Votes : 0

‘Today, young Christians face a new reality for which they are unprepared’

The Tablet - Fr Christopher Jamison OSB - Sun, Feb 27th 2011

As the red-top papers might put it, gay weddings in church are the
coalition Government’s latest big idea. More accurately, the Government Equalities Office is proposing legislation to allow religious buildings to host the registration of civil partnerships.Meanwhile, the people behind the Equal Love Campaign want both civil partnerships for heterosexual couples and full-blown marriages for homosexual couples.

Equality, homosexuality and marriage are now inextricably linked in public discussions but, as in ballroom dancing, it’s important to know who is leading. And the answer to that is equality. Once the decision was made to offer civil partnerships to homosexual couples on the basis of equality with heterosexual couples, then a direction of travel was set that leads inevitably to homosexual marriage. But in France, a different course was taken. There, civil partnerships are offered to any pair, such as a carer and the person he or she cares for, who want to secure certain rights in each other’s lives.

The Catholic Church supports civil partnerships on that basis – a different perspective to seeking equality on the basis that all sexual partnerships are the same.

Now all this raises once more the Catholic understanding of marriage as a unique vocation entrusted to a man and a woman. In my recently appointed role, I am sometimes asked if “vocation” in my job title means vocation in the narrow sense of those to the priesthood and religious life or the broader call of the baptised to a variety of vocations.

Since my mandate from the bishops is to foster a culture of vocation, this is an unnecessary distinction. To invite people to consider any specific vocation involves inviting people to look at others as well. But what is much less obvious is that if we want to promote all vocations, then we must promote each one in its own right with vigour and with a strong sense of its uniqueness.

Otherwise we fall into the trap of believing that equality is expressed by saying that all are the same. The Government is in danger of falling into that trap over arriage and other forms of partnership.

Within the Church, the era after the Second Vatican Council saw us falling into the same trap over vocations. People were rightly filled with a desire to give expression to the insights of the Constitution on the Church, Lumen Gentium, emphasising that lay vocations and religious vocations were of equal value in the Church. But some people inferred that the differences between these vocations no longer mattered.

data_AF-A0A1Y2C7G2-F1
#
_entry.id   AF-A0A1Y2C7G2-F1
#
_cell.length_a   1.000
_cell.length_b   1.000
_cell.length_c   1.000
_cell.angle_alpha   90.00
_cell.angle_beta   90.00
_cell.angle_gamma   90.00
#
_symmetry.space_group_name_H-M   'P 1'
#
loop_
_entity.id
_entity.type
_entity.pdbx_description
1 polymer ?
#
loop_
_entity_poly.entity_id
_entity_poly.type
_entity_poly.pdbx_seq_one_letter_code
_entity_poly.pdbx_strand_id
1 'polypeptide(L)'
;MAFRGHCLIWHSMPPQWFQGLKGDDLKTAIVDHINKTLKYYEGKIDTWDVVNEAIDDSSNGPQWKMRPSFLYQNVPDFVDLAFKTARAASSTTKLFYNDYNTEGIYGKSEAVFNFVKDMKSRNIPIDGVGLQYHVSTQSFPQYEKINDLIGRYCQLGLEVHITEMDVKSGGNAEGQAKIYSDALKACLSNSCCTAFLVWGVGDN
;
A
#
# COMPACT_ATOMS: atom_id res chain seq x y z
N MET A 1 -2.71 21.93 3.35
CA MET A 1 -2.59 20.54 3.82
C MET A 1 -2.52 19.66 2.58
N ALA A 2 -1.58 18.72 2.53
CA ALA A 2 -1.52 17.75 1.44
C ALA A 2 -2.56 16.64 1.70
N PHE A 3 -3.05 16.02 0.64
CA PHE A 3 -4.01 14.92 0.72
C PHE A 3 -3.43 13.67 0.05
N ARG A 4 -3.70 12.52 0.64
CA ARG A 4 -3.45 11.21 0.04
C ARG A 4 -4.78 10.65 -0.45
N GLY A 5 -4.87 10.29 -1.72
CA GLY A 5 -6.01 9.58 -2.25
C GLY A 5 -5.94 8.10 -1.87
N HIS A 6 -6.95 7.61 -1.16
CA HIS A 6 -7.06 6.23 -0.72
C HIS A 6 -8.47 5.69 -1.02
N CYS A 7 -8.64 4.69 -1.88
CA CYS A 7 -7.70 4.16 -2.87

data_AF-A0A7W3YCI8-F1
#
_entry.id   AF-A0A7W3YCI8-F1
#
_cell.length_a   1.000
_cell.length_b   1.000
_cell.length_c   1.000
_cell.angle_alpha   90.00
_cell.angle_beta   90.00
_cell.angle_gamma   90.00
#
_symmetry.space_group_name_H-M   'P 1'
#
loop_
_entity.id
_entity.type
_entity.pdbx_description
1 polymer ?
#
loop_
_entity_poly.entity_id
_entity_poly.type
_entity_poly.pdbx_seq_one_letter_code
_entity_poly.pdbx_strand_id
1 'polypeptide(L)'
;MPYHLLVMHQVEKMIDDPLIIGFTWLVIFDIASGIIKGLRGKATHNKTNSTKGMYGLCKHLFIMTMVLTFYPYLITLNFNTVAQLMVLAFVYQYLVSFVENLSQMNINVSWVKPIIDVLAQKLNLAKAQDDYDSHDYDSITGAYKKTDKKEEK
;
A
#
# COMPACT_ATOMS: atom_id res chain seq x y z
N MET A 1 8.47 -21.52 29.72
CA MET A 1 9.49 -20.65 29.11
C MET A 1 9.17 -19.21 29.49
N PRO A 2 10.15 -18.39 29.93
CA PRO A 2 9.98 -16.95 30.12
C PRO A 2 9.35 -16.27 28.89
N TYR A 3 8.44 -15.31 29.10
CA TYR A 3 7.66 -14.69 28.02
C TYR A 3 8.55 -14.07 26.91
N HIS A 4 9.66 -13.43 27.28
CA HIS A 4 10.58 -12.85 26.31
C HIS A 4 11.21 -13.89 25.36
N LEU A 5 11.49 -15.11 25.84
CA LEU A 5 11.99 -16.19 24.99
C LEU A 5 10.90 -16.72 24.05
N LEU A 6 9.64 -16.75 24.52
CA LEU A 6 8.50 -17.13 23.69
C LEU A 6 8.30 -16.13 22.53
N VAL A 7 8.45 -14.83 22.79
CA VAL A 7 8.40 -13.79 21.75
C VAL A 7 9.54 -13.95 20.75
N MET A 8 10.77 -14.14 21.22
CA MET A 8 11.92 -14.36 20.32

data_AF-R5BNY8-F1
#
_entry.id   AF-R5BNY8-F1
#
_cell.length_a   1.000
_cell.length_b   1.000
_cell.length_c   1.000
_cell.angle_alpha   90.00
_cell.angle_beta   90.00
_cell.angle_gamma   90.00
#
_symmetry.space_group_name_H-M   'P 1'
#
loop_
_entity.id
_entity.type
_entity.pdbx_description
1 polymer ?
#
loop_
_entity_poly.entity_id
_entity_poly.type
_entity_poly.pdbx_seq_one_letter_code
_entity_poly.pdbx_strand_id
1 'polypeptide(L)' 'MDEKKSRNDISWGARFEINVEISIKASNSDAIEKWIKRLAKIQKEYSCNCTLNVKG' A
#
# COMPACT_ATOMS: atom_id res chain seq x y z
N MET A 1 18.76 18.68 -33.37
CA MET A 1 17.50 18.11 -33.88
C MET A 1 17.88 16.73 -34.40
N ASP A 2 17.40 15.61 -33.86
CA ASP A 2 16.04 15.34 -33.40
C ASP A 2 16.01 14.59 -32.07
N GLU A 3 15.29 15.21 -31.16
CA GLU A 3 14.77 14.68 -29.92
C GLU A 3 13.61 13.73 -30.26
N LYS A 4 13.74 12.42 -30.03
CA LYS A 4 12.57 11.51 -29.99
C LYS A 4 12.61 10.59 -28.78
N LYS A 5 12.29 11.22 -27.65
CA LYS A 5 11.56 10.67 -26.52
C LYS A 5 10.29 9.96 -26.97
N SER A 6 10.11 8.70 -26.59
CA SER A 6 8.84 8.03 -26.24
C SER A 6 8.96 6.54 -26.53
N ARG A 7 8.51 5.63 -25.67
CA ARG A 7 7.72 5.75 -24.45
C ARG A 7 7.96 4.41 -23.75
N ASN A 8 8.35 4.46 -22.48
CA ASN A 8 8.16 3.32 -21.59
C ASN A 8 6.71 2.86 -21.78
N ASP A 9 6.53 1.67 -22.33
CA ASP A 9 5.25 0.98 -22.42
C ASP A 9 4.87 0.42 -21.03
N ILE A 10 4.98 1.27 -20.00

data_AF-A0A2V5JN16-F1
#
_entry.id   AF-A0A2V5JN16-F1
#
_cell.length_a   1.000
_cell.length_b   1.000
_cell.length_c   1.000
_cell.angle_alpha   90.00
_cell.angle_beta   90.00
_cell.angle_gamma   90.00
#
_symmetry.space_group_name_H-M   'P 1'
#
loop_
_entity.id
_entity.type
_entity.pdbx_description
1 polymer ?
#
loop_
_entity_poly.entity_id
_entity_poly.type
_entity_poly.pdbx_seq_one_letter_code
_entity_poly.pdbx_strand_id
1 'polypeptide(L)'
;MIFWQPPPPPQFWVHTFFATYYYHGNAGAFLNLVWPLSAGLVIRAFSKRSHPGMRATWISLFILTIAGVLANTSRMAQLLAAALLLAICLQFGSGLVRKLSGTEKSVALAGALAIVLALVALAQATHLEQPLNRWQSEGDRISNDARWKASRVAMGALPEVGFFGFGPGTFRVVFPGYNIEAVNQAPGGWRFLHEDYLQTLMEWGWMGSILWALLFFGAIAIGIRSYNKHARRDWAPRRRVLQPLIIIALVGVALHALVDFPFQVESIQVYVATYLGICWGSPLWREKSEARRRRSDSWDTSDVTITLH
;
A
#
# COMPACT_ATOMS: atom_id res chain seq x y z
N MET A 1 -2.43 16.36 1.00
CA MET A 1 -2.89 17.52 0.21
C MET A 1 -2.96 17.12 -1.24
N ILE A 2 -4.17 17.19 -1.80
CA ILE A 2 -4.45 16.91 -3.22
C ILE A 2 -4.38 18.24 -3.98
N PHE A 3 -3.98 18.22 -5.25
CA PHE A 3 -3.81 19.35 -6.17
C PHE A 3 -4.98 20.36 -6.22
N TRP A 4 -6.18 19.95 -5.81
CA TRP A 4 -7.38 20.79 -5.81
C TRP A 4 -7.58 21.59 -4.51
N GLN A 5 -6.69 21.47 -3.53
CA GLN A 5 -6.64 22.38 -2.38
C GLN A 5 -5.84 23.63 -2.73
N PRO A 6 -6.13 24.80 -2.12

Young Catholics picked up this underlying message and there emerged an attitude: if all vocations are the same, then what I do in life is not an important religious choice; since any moral way of life or job is fine, then God will bless whatever I choose. Alongside this, because some of them had been pressured into seminaries and novitiates, priests and Religious stopped actively proposing their way of life to the young. These same priests and Religious may well have assumed young Catholics would get married, and that’s a fine vocation too. And there is the flaw.

Today, young Christians, together with young believers of all faiths, face a new reality for which they are unprepared. Most of their contemporaries will live together first, have children out of wedlock and only later might they think of marrying, if at all. To create a culture of vocation in this context is to show that marriage, celibate priesthood, religious life and the other varieties of Christian life such as consecrated virginity are all vocations that demand our whole being and run counter to the prevailing culture.

The new ecclesial movements have created new bonds between people while other new relationships could well emerge; all these are and will be equally demanding. That is the sense in which they are equal. They are also marvelously different. The powerful movie, Of  Gods and Men, tells the true story of a community of French Cistercian monks in Algeria. When kidnap by fundamentalists seems imminent, Br Christophe asks if this is his monastic vocation, to die in remote North Africa? He and the other monks answered yes with their lives. A distinctive way of life by which Christ calls us to selfless love: that is the vocation of every Christian. 

share :
tags icon tags : vocation, consecrated life,
comments icon Without comments


write comment
Please enter the letters as they are shown in the image above.